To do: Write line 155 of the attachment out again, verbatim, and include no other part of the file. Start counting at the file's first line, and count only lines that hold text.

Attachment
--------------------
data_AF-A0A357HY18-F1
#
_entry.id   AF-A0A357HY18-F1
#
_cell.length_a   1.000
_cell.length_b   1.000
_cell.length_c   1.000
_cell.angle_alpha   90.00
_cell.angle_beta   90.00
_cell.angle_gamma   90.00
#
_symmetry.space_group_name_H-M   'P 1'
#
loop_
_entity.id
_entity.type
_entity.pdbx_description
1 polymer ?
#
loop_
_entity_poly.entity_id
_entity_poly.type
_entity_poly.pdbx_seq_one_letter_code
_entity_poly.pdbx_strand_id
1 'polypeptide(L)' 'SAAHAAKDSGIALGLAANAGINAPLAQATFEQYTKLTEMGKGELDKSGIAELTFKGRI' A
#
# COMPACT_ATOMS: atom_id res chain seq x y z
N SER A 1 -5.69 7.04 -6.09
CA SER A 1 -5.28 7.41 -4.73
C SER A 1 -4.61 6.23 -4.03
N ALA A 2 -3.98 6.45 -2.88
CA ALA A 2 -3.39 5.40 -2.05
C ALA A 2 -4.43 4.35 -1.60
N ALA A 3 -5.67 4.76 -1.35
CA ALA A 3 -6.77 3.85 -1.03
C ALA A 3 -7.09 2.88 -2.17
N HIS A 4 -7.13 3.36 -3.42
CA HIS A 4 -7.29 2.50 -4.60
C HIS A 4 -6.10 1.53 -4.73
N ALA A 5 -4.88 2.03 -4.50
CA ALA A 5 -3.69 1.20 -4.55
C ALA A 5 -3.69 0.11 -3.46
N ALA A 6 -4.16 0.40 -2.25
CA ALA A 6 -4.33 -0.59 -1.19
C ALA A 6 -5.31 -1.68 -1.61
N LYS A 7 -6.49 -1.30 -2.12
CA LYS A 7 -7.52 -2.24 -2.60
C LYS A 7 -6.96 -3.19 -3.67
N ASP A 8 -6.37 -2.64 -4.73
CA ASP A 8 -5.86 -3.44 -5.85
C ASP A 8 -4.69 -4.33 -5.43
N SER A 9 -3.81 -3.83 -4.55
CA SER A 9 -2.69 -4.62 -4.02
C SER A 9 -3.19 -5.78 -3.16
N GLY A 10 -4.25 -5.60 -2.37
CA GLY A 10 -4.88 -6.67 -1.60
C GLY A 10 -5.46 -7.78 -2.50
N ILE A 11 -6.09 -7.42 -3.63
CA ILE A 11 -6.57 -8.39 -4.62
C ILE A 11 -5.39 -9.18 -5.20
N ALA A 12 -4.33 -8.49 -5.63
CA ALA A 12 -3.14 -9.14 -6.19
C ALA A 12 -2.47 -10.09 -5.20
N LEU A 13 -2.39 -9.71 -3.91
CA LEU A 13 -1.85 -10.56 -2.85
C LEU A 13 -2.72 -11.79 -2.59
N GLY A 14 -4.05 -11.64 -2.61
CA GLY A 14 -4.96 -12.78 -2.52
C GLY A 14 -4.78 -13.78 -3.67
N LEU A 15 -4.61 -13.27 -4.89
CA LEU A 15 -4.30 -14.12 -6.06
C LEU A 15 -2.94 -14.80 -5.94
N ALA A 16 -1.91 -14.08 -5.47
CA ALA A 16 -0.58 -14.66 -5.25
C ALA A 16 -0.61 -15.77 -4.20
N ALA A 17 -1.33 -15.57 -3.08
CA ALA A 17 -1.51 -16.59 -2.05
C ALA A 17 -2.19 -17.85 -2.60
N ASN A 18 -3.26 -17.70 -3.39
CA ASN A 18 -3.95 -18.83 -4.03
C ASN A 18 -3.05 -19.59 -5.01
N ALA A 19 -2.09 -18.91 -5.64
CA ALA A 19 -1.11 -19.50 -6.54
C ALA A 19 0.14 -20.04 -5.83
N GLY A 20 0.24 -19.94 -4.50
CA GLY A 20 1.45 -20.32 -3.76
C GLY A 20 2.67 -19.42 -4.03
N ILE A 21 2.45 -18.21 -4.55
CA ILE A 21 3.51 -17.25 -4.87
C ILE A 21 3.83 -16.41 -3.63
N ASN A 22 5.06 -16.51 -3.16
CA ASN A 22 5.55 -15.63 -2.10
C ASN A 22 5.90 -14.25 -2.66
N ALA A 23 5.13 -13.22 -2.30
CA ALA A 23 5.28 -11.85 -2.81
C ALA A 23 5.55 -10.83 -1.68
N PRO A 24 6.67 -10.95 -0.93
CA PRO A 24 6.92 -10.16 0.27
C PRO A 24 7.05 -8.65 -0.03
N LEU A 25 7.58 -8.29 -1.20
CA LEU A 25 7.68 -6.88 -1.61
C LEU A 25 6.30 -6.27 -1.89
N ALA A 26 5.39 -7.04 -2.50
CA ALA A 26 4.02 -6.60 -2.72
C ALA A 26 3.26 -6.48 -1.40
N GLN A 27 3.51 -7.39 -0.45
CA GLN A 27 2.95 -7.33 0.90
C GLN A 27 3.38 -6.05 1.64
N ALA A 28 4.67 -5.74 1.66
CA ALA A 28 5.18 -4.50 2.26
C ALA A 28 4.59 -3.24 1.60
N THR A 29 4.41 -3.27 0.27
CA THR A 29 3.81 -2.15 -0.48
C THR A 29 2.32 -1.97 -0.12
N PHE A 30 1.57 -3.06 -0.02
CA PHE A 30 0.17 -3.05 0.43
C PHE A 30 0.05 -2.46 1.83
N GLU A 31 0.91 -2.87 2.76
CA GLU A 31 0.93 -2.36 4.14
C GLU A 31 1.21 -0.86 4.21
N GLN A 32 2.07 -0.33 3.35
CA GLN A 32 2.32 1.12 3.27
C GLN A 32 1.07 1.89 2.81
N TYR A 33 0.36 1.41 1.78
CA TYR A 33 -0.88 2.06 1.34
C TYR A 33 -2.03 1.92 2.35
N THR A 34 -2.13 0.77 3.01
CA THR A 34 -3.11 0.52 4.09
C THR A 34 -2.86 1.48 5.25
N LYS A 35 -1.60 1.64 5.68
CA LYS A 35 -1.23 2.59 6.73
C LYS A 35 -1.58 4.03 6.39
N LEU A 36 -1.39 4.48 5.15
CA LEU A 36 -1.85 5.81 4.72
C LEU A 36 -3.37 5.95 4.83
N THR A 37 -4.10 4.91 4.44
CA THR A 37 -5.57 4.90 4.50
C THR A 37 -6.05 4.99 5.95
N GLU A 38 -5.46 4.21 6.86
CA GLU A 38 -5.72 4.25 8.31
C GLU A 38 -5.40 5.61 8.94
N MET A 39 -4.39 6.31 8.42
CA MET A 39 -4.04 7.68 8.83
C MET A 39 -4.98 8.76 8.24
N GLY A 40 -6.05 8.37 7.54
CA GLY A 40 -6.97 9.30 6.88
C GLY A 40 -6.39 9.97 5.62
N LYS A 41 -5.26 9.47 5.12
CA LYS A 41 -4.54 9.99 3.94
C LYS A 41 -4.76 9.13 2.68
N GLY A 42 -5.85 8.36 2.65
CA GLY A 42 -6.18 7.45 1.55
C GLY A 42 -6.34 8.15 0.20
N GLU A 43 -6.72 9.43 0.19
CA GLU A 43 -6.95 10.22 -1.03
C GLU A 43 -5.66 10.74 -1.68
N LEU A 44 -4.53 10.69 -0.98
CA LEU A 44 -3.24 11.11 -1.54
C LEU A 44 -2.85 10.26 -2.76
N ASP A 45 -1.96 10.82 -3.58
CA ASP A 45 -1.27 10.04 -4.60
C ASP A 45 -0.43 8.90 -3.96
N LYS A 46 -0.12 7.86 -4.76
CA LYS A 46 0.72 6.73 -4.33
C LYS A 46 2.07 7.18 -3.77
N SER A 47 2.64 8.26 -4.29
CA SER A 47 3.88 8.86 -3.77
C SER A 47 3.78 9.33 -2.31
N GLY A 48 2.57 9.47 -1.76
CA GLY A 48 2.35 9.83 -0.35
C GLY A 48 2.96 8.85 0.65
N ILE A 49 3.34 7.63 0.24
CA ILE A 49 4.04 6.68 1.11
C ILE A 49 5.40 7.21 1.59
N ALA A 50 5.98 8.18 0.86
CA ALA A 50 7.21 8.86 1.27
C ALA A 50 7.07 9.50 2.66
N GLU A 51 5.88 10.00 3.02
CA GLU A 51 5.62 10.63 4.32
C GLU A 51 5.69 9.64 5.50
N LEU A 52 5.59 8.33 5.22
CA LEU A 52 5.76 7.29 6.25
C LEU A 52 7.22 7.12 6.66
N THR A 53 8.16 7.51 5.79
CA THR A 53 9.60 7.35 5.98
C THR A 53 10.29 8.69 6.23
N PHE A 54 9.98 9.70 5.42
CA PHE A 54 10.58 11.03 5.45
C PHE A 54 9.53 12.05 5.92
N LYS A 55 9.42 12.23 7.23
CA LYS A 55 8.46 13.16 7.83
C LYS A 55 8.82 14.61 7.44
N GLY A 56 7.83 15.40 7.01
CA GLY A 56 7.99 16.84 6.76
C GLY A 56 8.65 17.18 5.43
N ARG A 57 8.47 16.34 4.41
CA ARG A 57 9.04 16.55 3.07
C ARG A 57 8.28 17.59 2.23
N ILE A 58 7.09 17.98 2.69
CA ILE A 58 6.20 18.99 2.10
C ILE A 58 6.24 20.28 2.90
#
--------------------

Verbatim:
CA GLU A 43 -6.95 10.22 -1.03